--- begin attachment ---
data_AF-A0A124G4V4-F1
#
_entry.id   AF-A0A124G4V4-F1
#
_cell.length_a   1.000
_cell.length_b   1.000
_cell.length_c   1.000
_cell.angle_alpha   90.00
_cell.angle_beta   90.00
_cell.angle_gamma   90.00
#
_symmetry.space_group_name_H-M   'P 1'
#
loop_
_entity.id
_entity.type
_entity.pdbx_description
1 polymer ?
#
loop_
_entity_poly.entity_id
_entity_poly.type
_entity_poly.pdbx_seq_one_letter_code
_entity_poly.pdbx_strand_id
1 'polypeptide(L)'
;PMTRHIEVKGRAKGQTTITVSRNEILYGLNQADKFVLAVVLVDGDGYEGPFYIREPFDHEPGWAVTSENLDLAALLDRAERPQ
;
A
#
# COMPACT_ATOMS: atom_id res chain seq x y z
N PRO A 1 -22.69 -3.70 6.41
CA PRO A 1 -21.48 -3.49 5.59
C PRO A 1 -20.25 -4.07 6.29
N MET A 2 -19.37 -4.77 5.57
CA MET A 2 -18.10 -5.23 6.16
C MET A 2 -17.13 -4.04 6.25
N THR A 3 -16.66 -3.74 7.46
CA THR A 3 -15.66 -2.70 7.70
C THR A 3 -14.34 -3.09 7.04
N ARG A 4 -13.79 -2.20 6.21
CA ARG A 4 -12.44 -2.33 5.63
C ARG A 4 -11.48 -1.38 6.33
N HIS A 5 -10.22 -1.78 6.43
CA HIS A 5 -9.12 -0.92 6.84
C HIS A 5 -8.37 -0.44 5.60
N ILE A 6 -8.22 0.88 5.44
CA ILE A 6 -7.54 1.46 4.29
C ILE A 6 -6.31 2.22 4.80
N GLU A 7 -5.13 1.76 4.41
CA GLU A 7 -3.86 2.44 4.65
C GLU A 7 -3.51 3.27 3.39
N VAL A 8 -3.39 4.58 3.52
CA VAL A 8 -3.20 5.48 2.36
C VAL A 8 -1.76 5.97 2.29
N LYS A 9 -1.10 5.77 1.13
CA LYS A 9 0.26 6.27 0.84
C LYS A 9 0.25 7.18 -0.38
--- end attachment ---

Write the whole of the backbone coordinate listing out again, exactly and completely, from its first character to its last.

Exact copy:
data_AF-A0A124G4V4-F1
#
_entry.id   AF-A0A124G4V4-F1
#
_cell.length_a   1.000
_cell.length_b   1.000
_cell.length_c   1.000
_cell.angle_alpha   90.00
_cell.angle_beta   90.00
_cell.angle_gamma   90.00
#
_symmetry.space_group_name_H-M   'P 1'
#
loop_
_entity.id
_entity.type
_entity.pdbx_description
1 polymer ?
#
loop_
_entity_poly.entity_id
_entity_poly.type
_entity_poly.pdbx_seq_one_letter_code
_entity_poly.pdbx_strand_id
1 'polypeptide(L)'
;PMTRHIEVKGRAKGQTTITVSRNEILYGLNQADKFVLAVVLVDGDGYEGPFYIREPFDHEPGWAVTSENLDLAALLDRAERPQ
;
A
#
# COMPACT_ATOMS: atom_id res chain seq x y z
N PRO A 1 -22.69 -3.70 6.41
CA PRO A 1 -21.48 -3.49 5.59
C PRO A 1 -20.25 -4.07 6.29
N MET A 2 -19.37 -4.77 5.57
CA MET A 2 -18.10 -5.23 6.16
C MET A 2 -17.13 -4.04 6.25
N THR A 3 -16.66 -3.74 7.46
CA THR A 3 -15.66 -2.70 7.70
C THR A 3 -14.34 -3.09 7.04
N ARG A 4 -13.79 -2.20 6.21
CA ARG A 4 -12.44 -2.33 5.63
C ARG A 4 -11.48 -1.38 6.33
N HIS A 5 -10.22 -1.78 6.43
CA HIS A 5 -9.12 -0.92 6.84
C HIS A 5 -8.37 -0.44 5.60
N ILE A 6 -8.22 0.88 5.44
CA ILE A 6 -7.54 1.46 4.29
C ILE A 6 -6.31 2.22 4.80
N GLU A 7 -5.13 1.76 4.41
CA GLU A 7 -3.86 2.44 4.65
C GLU A 7 -3.51 3.27 3.39
N VAL A 8 -3.39 4.58 3.52
CA VAL A 8 -3.20 5.48 2.36
C VAL A 8 -1.76 5.97 2.29
N LYS A 9 -1.10 5.77 1.13
CA LYS A 9 0.26 6.27 0.84
C LYS A 9 0.25 7.18 -0.38